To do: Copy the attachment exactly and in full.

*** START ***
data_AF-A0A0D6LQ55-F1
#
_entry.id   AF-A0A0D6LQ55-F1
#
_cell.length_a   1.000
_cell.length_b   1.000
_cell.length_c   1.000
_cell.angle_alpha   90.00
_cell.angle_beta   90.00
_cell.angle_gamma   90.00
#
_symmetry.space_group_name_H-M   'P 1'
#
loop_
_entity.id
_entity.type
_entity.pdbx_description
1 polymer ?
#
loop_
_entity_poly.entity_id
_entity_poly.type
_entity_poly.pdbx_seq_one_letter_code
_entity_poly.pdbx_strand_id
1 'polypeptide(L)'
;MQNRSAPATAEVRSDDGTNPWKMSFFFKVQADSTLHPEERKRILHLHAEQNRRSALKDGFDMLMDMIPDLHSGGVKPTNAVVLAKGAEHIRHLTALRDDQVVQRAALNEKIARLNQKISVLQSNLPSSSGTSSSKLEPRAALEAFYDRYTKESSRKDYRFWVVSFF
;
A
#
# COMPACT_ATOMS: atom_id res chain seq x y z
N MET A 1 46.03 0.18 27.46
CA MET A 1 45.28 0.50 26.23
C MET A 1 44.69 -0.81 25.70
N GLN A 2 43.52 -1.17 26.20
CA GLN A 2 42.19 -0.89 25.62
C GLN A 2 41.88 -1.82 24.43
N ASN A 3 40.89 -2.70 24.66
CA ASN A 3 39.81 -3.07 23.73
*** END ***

data_AF-A0A0D6LQ55-F1
#
_entry.id   AF-A0A0D6LQ55-F1
#
_cell.length_a   1.000
_cell.length_b   1.000
_cell.length_c   1.000
_cell.angle_alpha   90.00
_cell.angle_beta   90.00
_cell.angle_gamma   90.00
#
_symmetry.space_group_name_H-M   'P 1'
#
loop_
_entity.id
_entity.type
_entity.pdbx_description
1 polymer ?
#
loop_
_entity_poly.entity_id
_entity_poly.type
_entity_poly.pdbx_seq_one_letter_code
_entity_poly.pdbx_strand_id
1 'polypeptide(L)'
;MQNRSAPATAEVRSDDGTNPWKMSFFFKVQADSTLHPEERKRILHLHAEQNRRSALKDGFDMLMDMIPDLHSGGVKPTNAVVLAKGAEHIRHLTALRDDQVVQRAALNEKIARLNQKISVLQSNLPSSSGTSSSKLEPRAALEAFYDRYTKESSRKDYRFWVVSFF
;
A
#
# COMPACT_ATOMS: atom_id res chain seq x y z
N MET A 1 46.03 0.18 27.46
CA MET A 1 45.28 0.50 26.23
C MET A 1 44.69 -0.81 25.70
N GLN A 2 43.52 -1.17 26.20
CA GLN A 2 42.19 -0.89 25.62
C GLN A 2 41.88 -1.82 24.43
N ASN A 3 40.89 -2.70 24.66
CA ASN A 3 39.81 -3.07 23.73